||Issue No. 138||31 May 2002|
Interview: The Star Chamber
Politics: The Odd Couple
Media: Audiences Before Politics
International: The Off-Side Rule
Economics: The Fake Persuaders
History: Terror Tactics
Poetry: Food, Modified Food
Review: Spiderman Spins Out the US
Satire: England's World Cup Disaster: Star Hooligan Breaks Foot
Cole Suffers Credibility Crisis
Councils Armed To Drown Sweatshops
Bracks Crew Not Family Friendly
Waterfront Truth One Step Closer
Speedy Flow-On for NSW Workers
Star Sin-Binning Prompts Inquiry Call
New Chief Puts ABC Back In The Picture
Gravy Train Gets Richer For Max and Mates
Reward For Delegate Who Stood Up
Casino Workers Hit Mat Leave Jackpot
Drug Haul Sparks Security Warning
East Timor’s MPs Take Australia On
ACTU Officials Denied Visas Into Fiji
Commemorate 100 Years of Votes for Women
The Locker Room
Week in Review
In Defence of Latham
Swans A Pathetic Con-Job
Labor Council of NSW
Bracks Crew Not Family Friendly
The Victorian Civil and Administrative Tribunal found the State Government indirectly discriminated against one of its workers by failing to implement a work plan that would have allowed her to retain her job while fulfilling carer responsibilities.
The worker, a full-time Hansard sub-editor, had asked to work part-time from home so she could care for her ill son. The Victorian Government said she could, but then failed to follow through with its plan.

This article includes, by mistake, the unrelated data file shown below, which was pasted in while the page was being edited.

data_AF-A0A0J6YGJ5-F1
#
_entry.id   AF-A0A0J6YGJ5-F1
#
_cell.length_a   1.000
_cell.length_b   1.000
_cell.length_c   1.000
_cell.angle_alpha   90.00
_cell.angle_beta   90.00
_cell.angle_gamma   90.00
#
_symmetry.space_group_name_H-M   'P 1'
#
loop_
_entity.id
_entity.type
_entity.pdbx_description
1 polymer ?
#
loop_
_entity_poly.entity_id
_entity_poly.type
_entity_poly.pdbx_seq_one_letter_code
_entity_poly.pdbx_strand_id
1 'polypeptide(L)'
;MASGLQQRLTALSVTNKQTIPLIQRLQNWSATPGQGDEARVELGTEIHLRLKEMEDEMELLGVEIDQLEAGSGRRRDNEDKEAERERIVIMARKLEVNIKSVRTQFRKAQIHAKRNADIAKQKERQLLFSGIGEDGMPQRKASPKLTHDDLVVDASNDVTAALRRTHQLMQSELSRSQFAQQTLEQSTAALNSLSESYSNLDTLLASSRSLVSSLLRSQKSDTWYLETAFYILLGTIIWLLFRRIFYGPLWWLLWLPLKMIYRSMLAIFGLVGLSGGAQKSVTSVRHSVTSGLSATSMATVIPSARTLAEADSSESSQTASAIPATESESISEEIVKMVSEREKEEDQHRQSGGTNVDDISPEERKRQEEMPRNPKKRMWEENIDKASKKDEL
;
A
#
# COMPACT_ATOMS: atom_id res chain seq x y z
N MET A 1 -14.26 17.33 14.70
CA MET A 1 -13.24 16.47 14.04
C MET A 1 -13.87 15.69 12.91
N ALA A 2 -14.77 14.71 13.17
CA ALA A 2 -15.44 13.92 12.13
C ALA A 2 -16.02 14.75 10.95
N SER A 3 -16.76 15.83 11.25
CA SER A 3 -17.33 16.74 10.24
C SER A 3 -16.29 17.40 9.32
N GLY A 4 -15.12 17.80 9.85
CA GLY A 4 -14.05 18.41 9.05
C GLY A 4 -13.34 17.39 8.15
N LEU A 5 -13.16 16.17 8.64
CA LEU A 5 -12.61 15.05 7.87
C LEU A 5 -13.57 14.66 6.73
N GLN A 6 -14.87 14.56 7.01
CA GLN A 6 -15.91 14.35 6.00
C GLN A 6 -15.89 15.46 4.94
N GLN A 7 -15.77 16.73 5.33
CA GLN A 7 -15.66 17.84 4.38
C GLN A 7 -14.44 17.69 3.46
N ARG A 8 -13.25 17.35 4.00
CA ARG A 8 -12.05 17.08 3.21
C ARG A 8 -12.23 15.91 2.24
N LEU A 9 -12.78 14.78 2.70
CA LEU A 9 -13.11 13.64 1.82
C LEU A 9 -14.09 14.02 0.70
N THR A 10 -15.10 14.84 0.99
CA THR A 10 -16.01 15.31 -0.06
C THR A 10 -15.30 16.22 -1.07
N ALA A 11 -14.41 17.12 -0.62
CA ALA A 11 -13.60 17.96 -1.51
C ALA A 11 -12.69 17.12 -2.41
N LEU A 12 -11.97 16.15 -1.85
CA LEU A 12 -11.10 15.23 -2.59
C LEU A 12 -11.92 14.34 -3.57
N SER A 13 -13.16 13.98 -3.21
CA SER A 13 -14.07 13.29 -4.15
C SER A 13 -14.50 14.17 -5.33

The Tribunal found that by effectively giving the worker no choice but to continue working full-time, the Government had imposed an unreasonable condition on her with which she could not comply.
The decision was first made in 2000 but it was appealed in the Supreme Court on the grounds the Tribunal had not taken into account the impact of the decision on the worker's colleagues. It was remitted back to the Tribunal where it was upheld.
The decision is seen as a warning for employers to ensure they are adhering to their own family friendly policies.
But some unions are saying that while the decision can be seen as a small win for the worker, it does little to change general workplace practices enough to ensure it does not happen again.
NSW Labor Council's Alison Peters says the case still leaves the onus on individual workers to blow the whistle on bosses who fail to uphold their own policies but "most people just don't have the time and energy to go through all this".
The Hansard worker struggled for more than two years to get a final ruling on her case and ultimately lost her job. She has so far been awarded $161,300 but there is little assurance her former employer will act differently if the situation arises again.
A resolution passed at ALP State Conference attempts to put the onus back on employers by requiring them to submit in writing any reasons why they cannot fulfil their own family friendly policies. Another encourages unions to continue placing family friendly policies into agreements.
Peters says it is also crucial unions keep taking an active role in ensuring workplace policies are being properly implemented.
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